Choline is an essential anabolic substrate for the synthesis of phospholipids. Choline kinase phosphorylates choline to phosphocholine that serves as a precursor for the production of phosphatidylcholine, the major phospholipid constituent of membranes and substrate for the synthesis of lipid signaling molecules. Nuclear magnetic resonance (NMR)-based metabolomic studies of human tumors have identified a marked increase in the intracellular concentration of phosphocholine relative to normal tissues. We postulated that the observed intracellular pooling of phosphocholine may be required to sustain the production of the pleiotropic lipid second messenger, phosphatidic acid. Phosphatidic acid is generated from the cleavage of phosphatidylcholine by phospholipase D2 and is a key activator of the mitogen-activated protein kinase (MAPK) and phosphatidylinositol 3-kinase (PI3K)/AKT survival signaling pathways. In this study we show that the steady-state concentration of phosphocholine is increased by the ectopic expression of oncogenic H-Ras V12 in immortalized human bronchial epithelial cells. We then find that small interfering RNA (siRNA) silencing of choline kinase expression in transformed HeLa cells completely abrogates the high concentration of phosphocholine, which in turn decreases phosphatidylcholine, phosphatidic acid and signaling through the MAPK and PI3K/AKT pathways. This simultaneous reduction in survival signaling markedly decreases the anchorage-independent survival of HeLa cells in soft agar and in athymic mice. Last, we confirm the relative importance of phosphatidic acid for this pro-survival effect as phosphatidic acid supplementation fully restores MAPK signaling and partially rescues HeLa cells from choline kinase inhibition. Taken together, these data indicate that the pooling of phosphocholine in cancer cells may be required to provide a ready supply of phosphatidic acid necessary for the feed-forward amplification of cancer survival signaling pathways.
|Number of pages||11|
|State||Published - Jan 2010|
Bibliographical noteFunding Information:
Lipids were extracted in chloroform/methanol, dried under a stream of N2 gas, and analysed using electrospray ionization-tandem mass spectrometry at Kansas Lipidomics Research Center (supported by National Science Foundation (EPS 0236913, MCB 0455318, DBI 0521587), Kansas Technology Enterprise Corporation, K-IDeA Networks of Biomedical Research Excellence (INBRE) of National Institute of Health (P20RR16475), Kansas State University and the Functional Genomics Consortium initiative of Kansas State University’s Targeted Excellence Program). Lipid species were detected using the following scans: PC and lysoPC, [M + H]+ ions in positive ion mode with Precursor of 184.1 (Pre 184.1); PE and lysoPE, [M + H]+ ions in positive ion mode with neutral loss of 141.0 (NL 141.0); PG, [M + NH4]+ in positive ion mode with NL 189.0 for PG; lysoPG, [M−H]− in negative mode with Pre 152.9; PI, [M + NH4]+ in positive ion mode with NL 277.0; PS, [M + NH4]+ in positive ion mode with NL 185.0; and PA, [M + NH4]+ in positive ion mode with NL 115.0. The scan speed was 50 or 100 u/s. The collision gas pressure was set at 2 (arbitrary units). The collision energies, with nitrogen in the collision cell, were + 28 V for PE, + 40 V for PC, + 25 V for PI, PS and PA and + 20 V for PG. Declustering potentials were + 100 V for PE, PC, PA, PG, PI and PS. Entrance potentials were + 15 V for PE, + 14 V for PC, PI, PA, PG and PS. Exit potentials were + 11 V for PE, + 14 V for PC, PI, PA, PG and PS. The mass analysers were adjusted to a resolution of 0.7 u full width at half height. For each spectrum, 9–150 continuum scans were averaged in multiple channel analyser mode. The source temperature (heated nebulizer) was 100 1C, the interface heater was on, + 5.5 kV or −4.5 kV were applied to the electrospray capillary, the curtain gas was set at 20 (arbitrary units) and the two ion source gases were set at 45 (arbitrary units). The background of each spectrum was subtracted, the data were smoothed and peak areas were integrated using a custom script and Applied Biosystems Analyst software (Foster City, CA, USA). The lipids in each class were quantified in comparison with the two internal standards of that class. The first and typically every eleventh set of mass spectra were acquired on the internal standard mixture only. Peaks corresponding to the target lipids in these spectra were identified and molar amounts calculated in comparison with the internal standards on the same lipid class. To correct for chemical or instrumental noise in the samples, the molar amount of each lipid metabolite detected in the ‘internal standards only’ spectra was subtracted from the molar amount of each metabolite calculated in each set of sample spectra. The data from each ‘internal standards only’ set of spectra were used to correct the data from the following 10 samples. Finally, the data were corrected for the fraction of the sample analysed and normalized to the sample ‘dry weights’.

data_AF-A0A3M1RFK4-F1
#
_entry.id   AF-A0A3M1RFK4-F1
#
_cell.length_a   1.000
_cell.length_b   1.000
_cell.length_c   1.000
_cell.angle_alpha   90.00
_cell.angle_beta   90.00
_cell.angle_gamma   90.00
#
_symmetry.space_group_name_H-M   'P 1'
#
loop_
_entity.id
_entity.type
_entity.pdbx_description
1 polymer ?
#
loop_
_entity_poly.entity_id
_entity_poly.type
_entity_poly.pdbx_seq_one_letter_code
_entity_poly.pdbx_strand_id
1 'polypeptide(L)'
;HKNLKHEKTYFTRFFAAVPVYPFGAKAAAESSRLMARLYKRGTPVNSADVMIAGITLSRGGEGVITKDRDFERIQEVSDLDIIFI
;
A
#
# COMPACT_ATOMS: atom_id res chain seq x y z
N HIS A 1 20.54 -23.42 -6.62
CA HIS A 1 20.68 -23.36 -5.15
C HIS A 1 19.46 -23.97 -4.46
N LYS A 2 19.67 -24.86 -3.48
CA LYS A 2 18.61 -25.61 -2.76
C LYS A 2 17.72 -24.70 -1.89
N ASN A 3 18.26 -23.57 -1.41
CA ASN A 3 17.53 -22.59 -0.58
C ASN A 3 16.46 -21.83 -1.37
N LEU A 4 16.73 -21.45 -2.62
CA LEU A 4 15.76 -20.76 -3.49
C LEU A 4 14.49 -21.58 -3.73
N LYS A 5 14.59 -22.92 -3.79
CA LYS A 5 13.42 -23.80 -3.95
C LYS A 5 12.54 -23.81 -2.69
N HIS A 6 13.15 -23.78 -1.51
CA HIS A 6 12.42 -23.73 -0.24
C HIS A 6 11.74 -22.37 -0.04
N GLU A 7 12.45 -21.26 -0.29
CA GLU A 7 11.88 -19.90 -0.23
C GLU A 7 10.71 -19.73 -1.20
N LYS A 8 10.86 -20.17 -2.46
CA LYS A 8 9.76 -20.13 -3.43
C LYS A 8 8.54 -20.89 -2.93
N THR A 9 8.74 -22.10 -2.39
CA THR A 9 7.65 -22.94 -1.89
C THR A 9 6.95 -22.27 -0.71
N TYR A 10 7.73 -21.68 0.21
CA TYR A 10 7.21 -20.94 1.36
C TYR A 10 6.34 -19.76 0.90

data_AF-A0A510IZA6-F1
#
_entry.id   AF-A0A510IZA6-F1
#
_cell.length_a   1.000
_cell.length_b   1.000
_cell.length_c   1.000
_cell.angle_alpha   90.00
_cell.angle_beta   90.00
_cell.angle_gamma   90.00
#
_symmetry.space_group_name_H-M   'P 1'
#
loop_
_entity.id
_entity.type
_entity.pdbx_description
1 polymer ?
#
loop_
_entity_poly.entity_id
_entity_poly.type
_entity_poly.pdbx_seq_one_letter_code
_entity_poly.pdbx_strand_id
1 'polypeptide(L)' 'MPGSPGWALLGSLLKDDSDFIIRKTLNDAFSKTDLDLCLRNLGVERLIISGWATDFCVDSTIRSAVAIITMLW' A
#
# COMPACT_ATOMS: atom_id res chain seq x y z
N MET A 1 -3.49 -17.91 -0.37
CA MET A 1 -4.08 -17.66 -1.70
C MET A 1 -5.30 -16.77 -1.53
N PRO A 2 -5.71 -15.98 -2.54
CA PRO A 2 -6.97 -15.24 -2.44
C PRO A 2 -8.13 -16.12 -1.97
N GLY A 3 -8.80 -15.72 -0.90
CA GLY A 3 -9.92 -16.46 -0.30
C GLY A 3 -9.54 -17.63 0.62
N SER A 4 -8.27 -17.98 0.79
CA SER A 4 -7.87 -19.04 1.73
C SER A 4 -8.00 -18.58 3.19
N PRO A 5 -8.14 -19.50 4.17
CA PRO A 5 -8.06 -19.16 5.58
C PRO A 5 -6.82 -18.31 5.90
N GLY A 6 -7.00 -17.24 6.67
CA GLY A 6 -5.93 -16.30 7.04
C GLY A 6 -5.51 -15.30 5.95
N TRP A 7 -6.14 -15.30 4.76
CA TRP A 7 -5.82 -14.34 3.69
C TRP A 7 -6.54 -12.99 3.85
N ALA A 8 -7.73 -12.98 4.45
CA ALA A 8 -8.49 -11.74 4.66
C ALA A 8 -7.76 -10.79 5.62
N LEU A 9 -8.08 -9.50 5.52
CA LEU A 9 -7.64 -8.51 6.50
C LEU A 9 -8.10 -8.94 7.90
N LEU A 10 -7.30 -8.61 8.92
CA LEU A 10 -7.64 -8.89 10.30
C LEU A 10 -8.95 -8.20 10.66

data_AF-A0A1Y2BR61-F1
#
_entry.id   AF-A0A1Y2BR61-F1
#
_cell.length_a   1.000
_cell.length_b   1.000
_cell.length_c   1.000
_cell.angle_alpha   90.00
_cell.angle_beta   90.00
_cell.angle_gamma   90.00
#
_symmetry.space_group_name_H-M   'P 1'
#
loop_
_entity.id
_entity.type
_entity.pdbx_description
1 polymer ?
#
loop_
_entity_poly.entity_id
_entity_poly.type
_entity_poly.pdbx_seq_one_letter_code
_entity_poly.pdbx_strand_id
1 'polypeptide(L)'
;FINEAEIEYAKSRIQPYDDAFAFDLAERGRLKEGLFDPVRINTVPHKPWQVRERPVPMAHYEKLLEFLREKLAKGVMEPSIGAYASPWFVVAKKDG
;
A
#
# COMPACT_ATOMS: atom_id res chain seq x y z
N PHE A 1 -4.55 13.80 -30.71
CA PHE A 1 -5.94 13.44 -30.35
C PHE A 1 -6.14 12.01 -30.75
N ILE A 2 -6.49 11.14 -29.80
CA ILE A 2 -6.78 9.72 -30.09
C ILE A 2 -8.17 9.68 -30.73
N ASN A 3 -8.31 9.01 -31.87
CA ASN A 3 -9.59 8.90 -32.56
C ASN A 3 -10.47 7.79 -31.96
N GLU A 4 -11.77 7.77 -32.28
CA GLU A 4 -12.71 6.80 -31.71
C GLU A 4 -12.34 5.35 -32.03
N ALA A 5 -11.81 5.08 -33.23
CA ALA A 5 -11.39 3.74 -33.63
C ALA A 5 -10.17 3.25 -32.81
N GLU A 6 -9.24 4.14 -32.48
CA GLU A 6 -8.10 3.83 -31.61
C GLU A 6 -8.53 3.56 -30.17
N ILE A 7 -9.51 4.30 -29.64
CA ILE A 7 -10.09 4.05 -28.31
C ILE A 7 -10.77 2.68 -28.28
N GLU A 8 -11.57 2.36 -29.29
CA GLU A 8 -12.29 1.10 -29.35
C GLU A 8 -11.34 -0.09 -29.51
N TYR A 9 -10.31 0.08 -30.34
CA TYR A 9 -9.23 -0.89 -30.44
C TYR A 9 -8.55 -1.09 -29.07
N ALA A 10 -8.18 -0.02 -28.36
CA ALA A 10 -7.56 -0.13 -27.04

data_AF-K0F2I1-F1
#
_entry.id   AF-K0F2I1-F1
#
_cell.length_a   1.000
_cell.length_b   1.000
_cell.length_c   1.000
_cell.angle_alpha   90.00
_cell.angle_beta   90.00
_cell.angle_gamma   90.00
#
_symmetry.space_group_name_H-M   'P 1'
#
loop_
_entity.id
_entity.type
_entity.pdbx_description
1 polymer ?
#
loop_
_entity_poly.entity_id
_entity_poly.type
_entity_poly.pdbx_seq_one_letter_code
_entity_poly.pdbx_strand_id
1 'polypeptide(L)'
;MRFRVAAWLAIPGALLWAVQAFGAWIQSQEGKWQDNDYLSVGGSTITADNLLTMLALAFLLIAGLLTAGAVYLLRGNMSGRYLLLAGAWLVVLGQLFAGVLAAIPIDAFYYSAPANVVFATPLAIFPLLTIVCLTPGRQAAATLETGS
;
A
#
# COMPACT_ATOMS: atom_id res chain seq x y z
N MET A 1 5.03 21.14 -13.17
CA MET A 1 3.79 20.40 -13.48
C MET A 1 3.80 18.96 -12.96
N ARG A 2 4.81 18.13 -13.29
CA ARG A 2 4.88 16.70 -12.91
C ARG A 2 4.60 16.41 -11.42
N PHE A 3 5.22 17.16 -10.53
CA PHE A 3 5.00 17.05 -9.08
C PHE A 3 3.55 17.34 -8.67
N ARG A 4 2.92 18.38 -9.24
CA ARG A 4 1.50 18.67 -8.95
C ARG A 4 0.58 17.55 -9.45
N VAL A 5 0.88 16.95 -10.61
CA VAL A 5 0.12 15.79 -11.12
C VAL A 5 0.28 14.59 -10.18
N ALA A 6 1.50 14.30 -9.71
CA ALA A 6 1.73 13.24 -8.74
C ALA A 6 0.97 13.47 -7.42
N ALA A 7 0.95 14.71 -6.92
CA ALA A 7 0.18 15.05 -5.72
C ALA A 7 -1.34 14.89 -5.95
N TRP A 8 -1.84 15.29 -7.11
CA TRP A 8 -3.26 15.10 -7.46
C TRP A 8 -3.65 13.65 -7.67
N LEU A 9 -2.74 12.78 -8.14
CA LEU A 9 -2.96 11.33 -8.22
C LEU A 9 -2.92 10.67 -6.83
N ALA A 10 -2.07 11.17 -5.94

We gratefully acknowledge helpful discussions with Drs Binks Wattenberg, Mary Roth and Otto Grubraw. This work was supported by the James Graham Brown Cancer Center and by the following grants: NIH 1 R01 CA11642801 (JC) and the Kentucky Lung Cancer Research Program (JC).
- Phosphatidic acid
ASJC Scopus subject areas
- Molecular Biology
- Cancer Research